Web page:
Experiences from Around the World
Edited by Philip Arestis and Malcolm Sawyer
Chapter 5: Anatomy of Clintonomics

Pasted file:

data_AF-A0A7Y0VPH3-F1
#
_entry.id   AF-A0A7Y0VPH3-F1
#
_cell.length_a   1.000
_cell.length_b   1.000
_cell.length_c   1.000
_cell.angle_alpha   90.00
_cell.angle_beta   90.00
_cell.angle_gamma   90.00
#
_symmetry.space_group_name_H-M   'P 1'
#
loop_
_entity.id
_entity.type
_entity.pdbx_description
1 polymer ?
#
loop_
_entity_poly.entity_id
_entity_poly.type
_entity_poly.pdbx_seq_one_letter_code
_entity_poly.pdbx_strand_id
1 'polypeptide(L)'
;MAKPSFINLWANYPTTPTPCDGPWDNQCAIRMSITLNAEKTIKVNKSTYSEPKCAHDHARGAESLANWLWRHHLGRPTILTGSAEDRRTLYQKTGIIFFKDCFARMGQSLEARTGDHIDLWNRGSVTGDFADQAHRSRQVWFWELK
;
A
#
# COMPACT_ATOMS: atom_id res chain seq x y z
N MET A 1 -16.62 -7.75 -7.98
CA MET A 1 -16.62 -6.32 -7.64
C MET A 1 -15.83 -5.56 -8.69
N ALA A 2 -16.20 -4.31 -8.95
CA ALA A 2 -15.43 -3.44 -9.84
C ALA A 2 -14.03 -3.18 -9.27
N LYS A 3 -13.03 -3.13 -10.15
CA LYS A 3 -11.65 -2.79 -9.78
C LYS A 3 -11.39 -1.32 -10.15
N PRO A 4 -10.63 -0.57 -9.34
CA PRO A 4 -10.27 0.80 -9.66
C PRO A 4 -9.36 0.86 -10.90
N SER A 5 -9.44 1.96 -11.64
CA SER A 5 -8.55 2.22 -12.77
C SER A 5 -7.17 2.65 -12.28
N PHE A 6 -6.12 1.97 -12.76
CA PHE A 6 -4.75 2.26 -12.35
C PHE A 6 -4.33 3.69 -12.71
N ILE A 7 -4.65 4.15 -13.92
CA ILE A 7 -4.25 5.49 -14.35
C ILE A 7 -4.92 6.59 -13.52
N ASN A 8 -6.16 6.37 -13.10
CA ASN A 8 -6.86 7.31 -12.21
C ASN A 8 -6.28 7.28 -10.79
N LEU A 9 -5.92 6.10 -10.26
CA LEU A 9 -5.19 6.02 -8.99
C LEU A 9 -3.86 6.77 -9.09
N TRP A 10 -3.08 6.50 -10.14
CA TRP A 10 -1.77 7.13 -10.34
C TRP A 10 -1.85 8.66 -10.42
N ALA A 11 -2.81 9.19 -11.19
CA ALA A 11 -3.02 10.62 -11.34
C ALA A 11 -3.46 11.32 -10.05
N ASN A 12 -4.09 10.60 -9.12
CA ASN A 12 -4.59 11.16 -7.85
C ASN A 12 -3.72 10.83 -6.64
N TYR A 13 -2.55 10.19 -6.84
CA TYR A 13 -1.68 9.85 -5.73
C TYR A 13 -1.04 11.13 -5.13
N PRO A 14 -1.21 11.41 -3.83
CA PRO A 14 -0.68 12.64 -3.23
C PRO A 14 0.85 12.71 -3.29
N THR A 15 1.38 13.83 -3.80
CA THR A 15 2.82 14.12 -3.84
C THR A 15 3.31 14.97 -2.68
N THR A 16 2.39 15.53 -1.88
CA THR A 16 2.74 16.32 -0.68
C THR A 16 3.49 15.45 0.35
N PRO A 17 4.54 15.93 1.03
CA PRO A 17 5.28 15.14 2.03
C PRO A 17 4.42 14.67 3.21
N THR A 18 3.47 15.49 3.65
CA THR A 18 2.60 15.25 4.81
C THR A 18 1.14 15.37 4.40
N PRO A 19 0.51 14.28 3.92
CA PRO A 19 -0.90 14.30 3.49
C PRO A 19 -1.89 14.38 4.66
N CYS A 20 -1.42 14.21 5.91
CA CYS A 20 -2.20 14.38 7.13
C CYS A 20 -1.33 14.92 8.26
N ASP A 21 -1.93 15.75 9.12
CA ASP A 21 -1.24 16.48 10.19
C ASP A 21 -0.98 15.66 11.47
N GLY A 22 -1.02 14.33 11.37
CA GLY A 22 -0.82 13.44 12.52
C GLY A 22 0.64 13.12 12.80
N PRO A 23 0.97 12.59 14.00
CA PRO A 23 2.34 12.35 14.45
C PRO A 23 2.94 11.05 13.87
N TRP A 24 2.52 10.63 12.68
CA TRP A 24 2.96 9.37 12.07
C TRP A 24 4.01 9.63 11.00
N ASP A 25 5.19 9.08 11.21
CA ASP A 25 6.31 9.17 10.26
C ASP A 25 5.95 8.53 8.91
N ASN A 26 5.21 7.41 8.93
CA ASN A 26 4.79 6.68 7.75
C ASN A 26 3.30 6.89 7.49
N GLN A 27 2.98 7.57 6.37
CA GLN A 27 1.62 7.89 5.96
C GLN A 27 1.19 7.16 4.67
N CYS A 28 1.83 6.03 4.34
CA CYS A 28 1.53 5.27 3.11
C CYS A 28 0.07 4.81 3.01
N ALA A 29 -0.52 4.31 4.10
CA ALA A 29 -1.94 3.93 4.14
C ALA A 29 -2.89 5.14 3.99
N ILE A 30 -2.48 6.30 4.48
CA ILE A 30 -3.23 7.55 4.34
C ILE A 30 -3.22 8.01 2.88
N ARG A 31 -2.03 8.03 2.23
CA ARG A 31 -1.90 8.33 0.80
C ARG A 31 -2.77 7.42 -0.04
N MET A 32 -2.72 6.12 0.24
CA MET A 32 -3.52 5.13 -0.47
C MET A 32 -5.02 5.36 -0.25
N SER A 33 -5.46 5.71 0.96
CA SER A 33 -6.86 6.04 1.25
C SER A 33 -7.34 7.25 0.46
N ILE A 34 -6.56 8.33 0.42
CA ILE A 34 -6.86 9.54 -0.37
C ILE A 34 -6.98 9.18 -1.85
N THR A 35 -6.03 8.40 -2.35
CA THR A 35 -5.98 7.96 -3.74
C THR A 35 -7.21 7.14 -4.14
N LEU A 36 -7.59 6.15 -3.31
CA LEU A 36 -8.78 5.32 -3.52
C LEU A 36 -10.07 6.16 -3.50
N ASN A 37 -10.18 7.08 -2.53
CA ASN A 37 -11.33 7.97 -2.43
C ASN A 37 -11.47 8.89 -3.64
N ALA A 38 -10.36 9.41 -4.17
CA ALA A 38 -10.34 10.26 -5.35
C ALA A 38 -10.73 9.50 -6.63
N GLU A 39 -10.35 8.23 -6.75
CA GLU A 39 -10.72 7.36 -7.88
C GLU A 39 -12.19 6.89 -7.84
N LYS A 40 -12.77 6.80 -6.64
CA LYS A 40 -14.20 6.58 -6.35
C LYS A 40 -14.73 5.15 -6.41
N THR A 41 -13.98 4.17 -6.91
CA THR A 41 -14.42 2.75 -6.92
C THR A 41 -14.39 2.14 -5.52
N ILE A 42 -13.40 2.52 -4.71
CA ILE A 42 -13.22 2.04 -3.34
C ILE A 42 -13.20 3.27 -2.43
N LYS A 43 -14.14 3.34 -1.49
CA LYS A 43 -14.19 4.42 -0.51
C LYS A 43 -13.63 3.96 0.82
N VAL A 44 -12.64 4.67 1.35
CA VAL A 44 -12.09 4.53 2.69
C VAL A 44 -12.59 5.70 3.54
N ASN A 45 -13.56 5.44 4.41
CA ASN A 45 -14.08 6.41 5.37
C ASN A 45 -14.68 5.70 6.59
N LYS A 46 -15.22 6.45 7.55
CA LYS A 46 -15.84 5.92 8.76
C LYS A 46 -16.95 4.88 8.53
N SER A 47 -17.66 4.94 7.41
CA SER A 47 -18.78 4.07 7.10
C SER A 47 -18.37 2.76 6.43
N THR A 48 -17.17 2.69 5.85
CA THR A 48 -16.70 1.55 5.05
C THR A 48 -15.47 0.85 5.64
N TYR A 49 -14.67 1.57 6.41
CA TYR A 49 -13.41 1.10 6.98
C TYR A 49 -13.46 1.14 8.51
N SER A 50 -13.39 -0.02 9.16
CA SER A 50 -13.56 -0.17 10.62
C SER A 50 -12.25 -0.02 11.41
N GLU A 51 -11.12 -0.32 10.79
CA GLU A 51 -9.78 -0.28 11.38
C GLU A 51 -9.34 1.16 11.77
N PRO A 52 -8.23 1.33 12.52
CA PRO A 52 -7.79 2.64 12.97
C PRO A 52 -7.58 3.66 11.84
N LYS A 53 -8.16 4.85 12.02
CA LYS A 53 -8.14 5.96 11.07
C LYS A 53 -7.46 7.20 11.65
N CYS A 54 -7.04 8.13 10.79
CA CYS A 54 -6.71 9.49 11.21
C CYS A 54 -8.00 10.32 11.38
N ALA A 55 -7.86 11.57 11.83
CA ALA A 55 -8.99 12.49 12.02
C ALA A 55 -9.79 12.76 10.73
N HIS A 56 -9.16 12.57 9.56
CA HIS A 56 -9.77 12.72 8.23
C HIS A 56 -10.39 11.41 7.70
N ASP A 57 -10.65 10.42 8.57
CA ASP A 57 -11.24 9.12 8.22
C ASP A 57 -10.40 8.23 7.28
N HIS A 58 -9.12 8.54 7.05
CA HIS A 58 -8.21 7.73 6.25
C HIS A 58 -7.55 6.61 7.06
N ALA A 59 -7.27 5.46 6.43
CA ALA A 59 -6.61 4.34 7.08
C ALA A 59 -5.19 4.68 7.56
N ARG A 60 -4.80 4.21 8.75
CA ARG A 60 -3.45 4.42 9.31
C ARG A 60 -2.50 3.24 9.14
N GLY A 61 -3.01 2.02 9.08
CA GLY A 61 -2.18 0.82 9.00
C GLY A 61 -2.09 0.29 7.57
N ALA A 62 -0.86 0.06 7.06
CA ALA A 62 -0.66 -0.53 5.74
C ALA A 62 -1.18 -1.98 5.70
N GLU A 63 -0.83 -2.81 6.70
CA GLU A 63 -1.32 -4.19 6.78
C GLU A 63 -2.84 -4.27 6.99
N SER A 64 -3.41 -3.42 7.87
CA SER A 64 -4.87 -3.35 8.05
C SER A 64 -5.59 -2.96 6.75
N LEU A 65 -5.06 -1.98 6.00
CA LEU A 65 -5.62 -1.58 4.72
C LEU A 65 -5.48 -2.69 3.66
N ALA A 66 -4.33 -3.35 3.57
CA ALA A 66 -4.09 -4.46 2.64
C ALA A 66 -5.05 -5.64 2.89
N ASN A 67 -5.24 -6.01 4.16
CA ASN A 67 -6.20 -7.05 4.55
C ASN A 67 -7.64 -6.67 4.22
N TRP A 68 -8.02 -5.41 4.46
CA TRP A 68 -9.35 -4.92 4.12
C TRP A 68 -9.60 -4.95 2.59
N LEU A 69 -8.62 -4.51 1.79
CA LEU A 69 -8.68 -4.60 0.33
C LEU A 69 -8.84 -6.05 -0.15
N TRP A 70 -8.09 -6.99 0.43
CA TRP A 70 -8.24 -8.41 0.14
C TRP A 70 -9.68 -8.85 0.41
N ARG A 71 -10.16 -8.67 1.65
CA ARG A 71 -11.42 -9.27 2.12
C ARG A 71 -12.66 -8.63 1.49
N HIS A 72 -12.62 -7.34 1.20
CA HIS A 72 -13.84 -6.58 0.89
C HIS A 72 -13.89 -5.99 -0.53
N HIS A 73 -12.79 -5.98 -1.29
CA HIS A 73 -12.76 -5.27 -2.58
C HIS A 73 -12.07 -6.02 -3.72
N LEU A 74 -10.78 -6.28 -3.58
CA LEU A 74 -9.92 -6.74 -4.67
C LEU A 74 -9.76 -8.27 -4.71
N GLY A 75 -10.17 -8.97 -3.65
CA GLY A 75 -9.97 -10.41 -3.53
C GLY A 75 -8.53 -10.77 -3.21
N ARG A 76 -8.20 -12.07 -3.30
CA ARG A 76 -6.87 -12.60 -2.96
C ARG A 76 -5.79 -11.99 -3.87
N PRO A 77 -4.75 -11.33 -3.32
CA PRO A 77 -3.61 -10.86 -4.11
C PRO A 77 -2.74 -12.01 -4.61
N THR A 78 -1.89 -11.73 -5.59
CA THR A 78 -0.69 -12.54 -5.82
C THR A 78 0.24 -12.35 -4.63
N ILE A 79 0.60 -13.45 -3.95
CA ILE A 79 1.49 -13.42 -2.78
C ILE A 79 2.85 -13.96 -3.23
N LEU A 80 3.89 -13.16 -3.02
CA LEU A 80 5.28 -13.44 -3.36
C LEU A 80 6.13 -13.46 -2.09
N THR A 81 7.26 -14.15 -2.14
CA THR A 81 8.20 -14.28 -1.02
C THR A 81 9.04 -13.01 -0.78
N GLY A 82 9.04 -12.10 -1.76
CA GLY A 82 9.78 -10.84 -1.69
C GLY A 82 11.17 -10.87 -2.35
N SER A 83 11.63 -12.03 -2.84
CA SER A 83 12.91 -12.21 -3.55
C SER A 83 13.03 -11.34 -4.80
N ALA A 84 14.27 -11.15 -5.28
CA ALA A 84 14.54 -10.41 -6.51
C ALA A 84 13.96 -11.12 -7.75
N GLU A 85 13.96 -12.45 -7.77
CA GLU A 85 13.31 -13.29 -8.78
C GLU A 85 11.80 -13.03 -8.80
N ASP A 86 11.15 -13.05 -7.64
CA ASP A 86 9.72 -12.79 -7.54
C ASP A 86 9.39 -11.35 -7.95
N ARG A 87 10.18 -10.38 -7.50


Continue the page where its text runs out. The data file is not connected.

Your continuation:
Robert Pollin 1 The performance of the US economy in the eight years of the Clinton presidency is widely regarded as having been an extraordinary success. There is no doubt that dramatic departures from past US economic trends have occurred under Clinton. Three, in particular, stand out: the attainment of balance, and then a surplus, in the federal budget; the simultaneous declines in unemployment and inflation, in direct contradiction to the predictions of mainstream economic theory; and the historically unprecedented stock market boom. The Clinton administration and its supporters tout these as the fruit of a new direction in economic policy - what Clinton himself terms a ‘Third Way’ between ‘those who said government was the enemy and those who said government was the solution’ - an ‘information-age government’ that ‘must be smaller, must be less bureaucratic, must be fiscally disciplined, and focused on being a catalyst for new ideas’.2 Clintonites are not, of course, the only political force to boast of the discovery of a Third Way between the legacy of Reagan and Thatcher and that of traditional social democracy (or what used to be termed ‘liberalism’ in the United States). Over the past five years, regimes ranging from those of Blair in Britain to Cardoso in Brazil have invoked the same slogan. But if its main theoretical development has come from the UK, in the work of Anthony Giddens (for example 1998), it is the practical record of the US economy that is often held to offer the...
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